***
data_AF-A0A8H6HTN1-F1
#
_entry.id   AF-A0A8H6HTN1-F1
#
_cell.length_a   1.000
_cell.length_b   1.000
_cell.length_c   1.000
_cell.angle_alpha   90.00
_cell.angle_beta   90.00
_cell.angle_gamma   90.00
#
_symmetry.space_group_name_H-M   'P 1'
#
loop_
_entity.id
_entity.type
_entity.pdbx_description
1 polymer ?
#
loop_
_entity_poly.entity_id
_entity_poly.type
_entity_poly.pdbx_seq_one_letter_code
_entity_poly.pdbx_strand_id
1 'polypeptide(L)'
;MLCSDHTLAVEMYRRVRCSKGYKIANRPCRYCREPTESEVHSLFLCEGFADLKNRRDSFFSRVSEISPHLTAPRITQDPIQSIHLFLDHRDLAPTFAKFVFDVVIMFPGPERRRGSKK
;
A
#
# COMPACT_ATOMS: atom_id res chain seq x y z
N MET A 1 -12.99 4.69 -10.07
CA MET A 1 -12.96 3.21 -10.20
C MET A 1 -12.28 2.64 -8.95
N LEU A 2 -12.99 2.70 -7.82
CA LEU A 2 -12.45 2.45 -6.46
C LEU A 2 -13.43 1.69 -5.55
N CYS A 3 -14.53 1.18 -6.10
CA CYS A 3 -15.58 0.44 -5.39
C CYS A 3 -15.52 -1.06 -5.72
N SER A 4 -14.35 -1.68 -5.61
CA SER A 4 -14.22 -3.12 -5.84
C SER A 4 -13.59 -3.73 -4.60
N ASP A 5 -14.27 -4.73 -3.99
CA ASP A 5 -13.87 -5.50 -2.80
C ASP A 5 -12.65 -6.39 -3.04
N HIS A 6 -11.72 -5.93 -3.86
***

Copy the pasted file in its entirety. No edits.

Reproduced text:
data_AF-A0A8H6HTN1-F1
#
_entry.id   AF-A0A8H6HTN1-F1
#
_cell.length_a   1.000
_cell.length_b   1.000
_cell.length_c   1.000
_cell.angle_alpha   90.00
_cell.angle_beta   90.00
_cell.angle_gamma   90.00
#
_symmetry.space_group_name_H-M   'P 1'
#
loop_
_entity.id
_entity.type
_entity.pdbx_description
1 polymer ?
#
loop_
_entity_poly.entity_id
_entity_poly.type
_entity_poly.pdbx_seq_one_letter_code
_entity_poly.pdbx_strand_id
1 'polypeptide(L)'
;MLCSDHTLAVEMYRRVRCSKGYKIANRPCRYCREPTESEVHSLFLCEGFADLKNRRDSFFSRVSEISPHLTAPRITQDPIQSIHLFLDHRDLAPTFAKFVFDVVIMFPGPERRRGSKK
;
A
#
# COMPACT_ATOMS: atom_id res chain seq x y z
N MET A 1 -12.99 4.69 -10.07
CA MET A 1 -12.96 3.21 -10.20
C MET A 1 -12.28 2.64 -8.95
N LEU A 2 -12.99 2.70 -7.82
CA LEU A 2 -12.45 2.45 -6.46
C LEU A 2 -13.43 1.69 -5.55
N CYS A 3 -14.53 1.18 -6.10
CA CYS A 3 -15.58 0.44 -5.39
C CYS A 3 -15.52 -1.06 -5.72
N SER A 4 -14.35 -1.68 -5.61
CA SER A 4 -14.22 -3.12 -5.84
C SER A 4 -13.59 -3.73 -4.60
N ASP A 5 -14.27 -4.73 -3.99
CA ASP A 5 -13.87 -5.50 -2.80
C ASP A 5 -12.65 -6.39 -3.04
N HIS A 6 -11.72 -5.93 -3.86